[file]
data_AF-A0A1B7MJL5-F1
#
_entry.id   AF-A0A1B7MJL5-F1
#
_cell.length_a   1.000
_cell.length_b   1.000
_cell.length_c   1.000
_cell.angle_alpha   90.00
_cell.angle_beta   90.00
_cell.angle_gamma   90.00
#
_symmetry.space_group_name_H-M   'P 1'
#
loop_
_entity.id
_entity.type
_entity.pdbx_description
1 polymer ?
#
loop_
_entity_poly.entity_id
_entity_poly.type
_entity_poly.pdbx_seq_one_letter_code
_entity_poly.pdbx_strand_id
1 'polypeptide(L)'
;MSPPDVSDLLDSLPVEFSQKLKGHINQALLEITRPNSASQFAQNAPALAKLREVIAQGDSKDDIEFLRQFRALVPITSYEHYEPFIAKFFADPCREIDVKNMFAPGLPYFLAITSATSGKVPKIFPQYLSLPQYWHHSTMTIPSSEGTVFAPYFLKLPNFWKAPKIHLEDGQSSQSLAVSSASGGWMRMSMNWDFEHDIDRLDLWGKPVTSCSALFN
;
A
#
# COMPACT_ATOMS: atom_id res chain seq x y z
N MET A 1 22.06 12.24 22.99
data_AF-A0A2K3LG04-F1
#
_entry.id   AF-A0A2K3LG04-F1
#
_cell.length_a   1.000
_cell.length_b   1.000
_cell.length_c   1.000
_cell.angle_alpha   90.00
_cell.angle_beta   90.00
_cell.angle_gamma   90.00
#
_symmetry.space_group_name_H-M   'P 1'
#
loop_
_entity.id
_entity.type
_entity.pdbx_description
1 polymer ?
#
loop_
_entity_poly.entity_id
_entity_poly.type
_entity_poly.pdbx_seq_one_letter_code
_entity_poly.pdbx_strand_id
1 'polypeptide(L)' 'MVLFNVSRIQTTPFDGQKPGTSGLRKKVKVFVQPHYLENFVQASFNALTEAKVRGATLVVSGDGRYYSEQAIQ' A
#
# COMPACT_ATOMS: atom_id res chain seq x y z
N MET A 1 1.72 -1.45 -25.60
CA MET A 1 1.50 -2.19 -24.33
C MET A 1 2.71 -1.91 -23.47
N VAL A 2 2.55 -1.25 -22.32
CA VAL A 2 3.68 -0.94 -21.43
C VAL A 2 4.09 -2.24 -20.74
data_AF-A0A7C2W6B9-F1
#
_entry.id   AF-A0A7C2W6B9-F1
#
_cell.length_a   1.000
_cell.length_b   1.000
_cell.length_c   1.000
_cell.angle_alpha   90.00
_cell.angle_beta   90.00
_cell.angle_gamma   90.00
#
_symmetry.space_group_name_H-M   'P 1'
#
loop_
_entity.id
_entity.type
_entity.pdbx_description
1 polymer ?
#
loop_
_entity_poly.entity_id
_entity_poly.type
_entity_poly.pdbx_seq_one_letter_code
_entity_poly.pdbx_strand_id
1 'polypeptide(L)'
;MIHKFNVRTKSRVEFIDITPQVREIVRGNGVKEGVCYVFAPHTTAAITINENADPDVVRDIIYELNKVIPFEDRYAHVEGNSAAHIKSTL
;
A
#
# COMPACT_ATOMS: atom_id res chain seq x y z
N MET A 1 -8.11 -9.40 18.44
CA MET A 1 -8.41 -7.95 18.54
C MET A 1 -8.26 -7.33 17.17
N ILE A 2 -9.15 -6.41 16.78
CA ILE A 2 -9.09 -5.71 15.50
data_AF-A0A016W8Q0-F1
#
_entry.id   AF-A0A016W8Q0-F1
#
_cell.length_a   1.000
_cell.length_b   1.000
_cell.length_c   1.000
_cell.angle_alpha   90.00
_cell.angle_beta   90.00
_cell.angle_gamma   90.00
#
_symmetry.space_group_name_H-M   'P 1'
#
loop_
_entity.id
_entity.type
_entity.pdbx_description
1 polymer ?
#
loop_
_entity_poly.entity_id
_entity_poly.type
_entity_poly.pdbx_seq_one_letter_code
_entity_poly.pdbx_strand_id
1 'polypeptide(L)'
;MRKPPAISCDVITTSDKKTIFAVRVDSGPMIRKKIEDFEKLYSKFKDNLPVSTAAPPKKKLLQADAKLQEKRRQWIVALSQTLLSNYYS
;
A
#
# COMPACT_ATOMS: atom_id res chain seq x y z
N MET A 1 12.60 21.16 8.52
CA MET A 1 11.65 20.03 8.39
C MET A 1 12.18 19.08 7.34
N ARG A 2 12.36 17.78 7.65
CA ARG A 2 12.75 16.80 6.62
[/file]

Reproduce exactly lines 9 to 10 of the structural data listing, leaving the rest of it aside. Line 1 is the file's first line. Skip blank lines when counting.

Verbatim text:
_cell.angle_beta   90.00
_cell.angle_gamma   90.00